The search functionality has room for improvement in its predictive suggestions. The selectable terms on the type ahead search drop-down are still quite small, making this feature is among the least tablet friendly aspects of the new site. Not only are the search terms too small to tap (especially if you have big fingers), but there are too many of them. On an iPad the type ahead drop-down falls underneath the on-screen keyboard. A more user-friendly solution would be to give fewer options with larger clickable areas., not unlike the daily deals drop-down.

Hero Images

The redesign’s most drastic changes are immediately below the top navigation. With the former category navigation buttons on the left consolidated to the top navigation’s drop-down menu, the page takes on a two-column layout that is very thumb-friendly for tablet users.  Everything seems clearly and intuitively divided into buttons that can be easily pressed with thumb or the other.

The main hero image has been completely changed with the new look. The old Amazon has one hero image touting the latest Kindles. The new hero area has two stacked promos with slider navigations that allow for 13 total options. While one hero may not have been enough for Amazon’s merchandisers, 13 is a bit much to digest,  resulting is a sleek and navigable but unrefined hero scheme.

T-Commerce Shortcomings

When put into portrait orientation on a tablet, the new site is just as unusable as the old design. Throughout the site a vertical format yields pages too wide to be read or navigated without zooming in, resulting in minuscule pricing values, unreadable reviews, and effectively invisible calls to action. An ideal solution would be dynamically flexing this layout to pare down some of the horizontal elements when in a portrait orientation (e.g. dropping a row of five suggested products to three).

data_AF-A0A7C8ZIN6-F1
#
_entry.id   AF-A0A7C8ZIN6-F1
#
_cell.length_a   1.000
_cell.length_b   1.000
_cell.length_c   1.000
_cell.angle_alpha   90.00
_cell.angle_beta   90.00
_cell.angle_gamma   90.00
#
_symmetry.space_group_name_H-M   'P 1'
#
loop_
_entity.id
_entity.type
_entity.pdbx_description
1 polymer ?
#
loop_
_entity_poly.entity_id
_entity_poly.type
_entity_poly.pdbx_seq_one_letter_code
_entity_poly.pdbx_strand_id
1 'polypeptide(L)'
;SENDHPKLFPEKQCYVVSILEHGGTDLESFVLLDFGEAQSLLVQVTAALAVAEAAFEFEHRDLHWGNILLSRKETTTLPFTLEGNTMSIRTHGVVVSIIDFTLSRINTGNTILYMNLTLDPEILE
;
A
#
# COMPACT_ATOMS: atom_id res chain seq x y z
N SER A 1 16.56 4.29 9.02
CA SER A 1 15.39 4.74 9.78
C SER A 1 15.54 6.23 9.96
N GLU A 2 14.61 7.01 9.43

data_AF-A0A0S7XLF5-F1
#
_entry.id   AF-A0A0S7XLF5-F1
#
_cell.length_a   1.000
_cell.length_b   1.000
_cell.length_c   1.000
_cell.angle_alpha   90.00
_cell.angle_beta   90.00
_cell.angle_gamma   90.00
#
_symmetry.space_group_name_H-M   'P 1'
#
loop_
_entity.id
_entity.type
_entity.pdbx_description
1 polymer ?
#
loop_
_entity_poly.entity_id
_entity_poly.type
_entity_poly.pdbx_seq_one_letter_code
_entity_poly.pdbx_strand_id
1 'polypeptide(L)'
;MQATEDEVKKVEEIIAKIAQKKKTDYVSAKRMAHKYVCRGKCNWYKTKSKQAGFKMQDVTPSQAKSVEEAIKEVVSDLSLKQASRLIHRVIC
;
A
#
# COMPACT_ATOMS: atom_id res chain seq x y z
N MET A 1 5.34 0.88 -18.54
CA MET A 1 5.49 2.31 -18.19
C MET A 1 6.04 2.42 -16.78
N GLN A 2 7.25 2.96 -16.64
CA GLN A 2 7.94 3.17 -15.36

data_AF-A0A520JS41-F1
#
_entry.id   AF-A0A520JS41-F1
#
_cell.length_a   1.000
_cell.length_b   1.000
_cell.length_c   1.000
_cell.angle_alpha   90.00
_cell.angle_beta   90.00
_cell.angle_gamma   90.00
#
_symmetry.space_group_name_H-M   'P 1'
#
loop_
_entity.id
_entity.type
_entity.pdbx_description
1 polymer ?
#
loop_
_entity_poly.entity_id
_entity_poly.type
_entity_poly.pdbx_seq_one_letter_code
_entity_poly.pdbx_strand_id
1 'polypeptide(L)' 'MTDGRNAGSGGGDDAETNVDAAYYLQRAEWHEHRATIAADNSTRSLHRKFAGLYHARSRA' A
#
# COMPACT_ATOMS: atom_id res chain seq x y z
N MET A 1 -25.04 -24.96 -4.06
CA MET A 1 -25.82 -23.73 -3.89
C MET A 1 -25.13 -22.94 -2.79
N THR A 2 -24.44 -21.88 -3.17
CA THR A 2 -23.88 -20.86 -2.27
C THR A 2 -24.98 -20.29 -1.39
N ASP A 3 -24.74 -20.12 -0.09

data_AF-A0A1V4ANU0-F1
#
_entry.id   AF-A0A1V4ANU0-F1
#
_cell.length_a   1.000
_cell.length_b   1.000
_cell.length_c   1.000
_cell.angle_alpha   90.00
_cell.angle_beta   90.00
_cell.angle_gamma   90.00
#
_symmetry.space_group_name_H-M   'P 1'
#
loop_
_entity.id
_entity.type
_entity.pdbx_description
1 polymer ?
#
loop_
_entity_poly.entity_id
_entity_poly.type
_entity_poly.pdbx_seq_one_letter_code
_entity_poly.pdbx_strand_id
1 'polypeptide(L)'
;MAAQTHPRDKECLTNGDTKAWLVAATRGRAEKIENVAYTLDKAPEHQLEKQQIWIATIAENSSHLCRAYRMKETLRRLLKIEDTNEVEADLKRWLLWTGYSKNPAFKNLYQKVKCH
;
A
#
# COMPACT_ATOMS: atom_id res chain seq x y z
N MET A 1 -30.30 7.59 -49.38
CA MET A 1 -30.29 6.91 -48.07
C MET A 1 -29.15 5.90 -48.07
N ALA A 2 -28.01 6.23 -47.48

Another t-commerce question mark hanging over the new Amazon is speed. In Ai’s testing, page load time was significantly slower on the new site. This could be a real barrier to entry for some tablet users. The new promo images are undoubtedly pretty, but taking longer to load could end up hurting the bottom line.

To be truly tablet friendly, Amazon will also need improved product pages. Seemingly untouched by the redesign, the current product pages force tablet users to squint and swipe as they poke around for buttons taking them to some of their most desired links. A product page redesign (which could be just over the horizon) could solve this by corralling cluttered text into concise links and collapsing unnecessary information out of sight.

Improving T-Commerce UX

While the new design is definitely a welcome update, it definitely not a huge improvement in terms of optimizing the site for t-commerce. The minimalistic design makes for stronger visual cues in important areas of the site, but if users need to zoom in on areas they can’t see those cues can quickly end up out of view.

For true t-commerce optimization Amazon should revisit the site’s user-interface on a tablet device. Making sure that tappable areas can accommodate larger fingers by limiting the amount of options displayed.

Using CSS3 media queries to adjust the layout of the site’s product pages and increase the tappable area within faceted navigation or mega drop-downs would also vastly improve the user experience.

Complex pages also could be reworked by moving elements around the page to match Amazon’s business and merchandising requirements by, for example, move product reviews above the fold on a tablet to emphasize user-generated content.

Truly committing to tablet UX also includes a commitment to gesture-based navigation where applicable, like giving users the ability to swipe and drag hero images to cycle through them.

The new Amazon.com is slightly more tablet friendly, but it is far from an optimal solution. The redesign is definitely a move in the right direction for t-commerce, but only a half-step.